Published online by Cambridge University Press: 30 July 2009
The federal government of the United States primarily finances its expenditures from income taxation, at both the individual and corporate levels. Traditionally, corporate income taxation was about half as large as individual income taxation as a source of federal revenue; today, the ratio of corporate tax revenues to individual tax revenues is only about 15 percent. Nevertheless, a large economics literature continues to consider the corporate tax as a primary determinant of corporate behavior in the United States. Numerous articles have addressed the impact of the corporate tax on corporate investment and financing.
Oddly, this literature has not addressed directly the question of how sensitive the base of corporate income taxation is to the corporate tax rate. Past literature has addressed pieces of this question, but there is no clear estimate that emerges from past work. As emphasized by Saez (2004), what determines the ultimate efficiency of a tax system, absent external effects of taxation, is the elasticity of the base of taxable income with respect to the tax rate. Indeed, a large literature has arisen in public economics devoted to estimating this elasticity with respect to the individual income tax system. Yet there is no comparable work on corporate taxation.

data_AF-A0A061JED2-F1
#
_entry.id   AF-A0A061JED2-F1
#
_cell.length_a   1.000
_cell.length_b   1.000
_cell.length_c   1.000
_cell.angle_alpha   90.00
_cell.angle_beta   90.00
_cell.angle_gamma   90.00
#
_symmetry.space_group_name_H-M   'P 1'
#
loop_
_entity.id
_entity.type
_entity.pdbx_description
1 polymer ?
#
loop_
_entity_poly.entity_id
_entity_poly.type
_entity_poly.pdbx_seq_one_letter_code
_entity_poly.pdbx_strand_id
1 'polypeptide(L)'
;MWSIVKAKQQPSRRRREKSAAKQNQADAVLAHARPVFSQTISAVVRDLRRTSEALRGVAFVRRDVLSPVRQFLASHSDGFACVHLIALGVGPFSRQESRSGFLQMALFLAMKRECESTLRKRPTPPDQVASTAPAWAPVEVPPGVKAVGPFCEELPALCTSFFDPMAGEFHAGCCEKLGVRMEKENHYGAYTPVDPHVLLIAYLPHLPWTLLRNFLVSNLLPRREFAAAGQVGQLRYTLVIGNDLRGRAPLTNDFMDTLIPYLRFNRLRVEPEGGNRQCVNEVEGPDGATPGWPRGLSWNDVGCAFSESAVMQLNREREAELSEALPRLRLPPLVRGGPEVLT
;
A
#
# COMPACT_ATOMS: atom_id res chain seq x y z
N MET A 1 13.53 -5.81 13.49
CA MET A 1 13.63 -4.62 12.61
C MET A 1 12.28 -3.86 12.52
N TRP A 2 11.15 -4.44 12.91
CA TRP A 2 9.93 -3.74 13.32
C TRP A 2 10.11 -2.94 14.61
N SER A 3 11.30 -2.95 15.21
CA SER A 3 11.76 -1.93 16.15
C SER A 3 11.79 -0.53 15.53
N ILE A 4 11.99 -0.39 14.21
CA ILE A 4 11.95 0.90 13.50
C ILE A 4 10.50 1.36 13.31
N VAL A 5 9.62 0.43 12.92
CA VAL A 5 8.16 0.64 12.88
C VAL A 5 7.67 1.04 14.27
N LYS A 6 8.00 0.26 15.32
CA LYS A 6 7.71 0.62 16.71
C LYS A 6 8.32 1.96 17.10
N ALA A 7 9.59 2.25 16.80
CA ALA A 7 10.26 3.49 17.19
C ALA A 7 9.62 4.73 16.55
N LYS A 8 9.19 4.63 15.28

In this chapter, we estimate the impact of the corporate tax rate on the level of corporate taxable income. An obvious difficulty with such an exercise is that the tax rate itself is determined by the level of taxable income.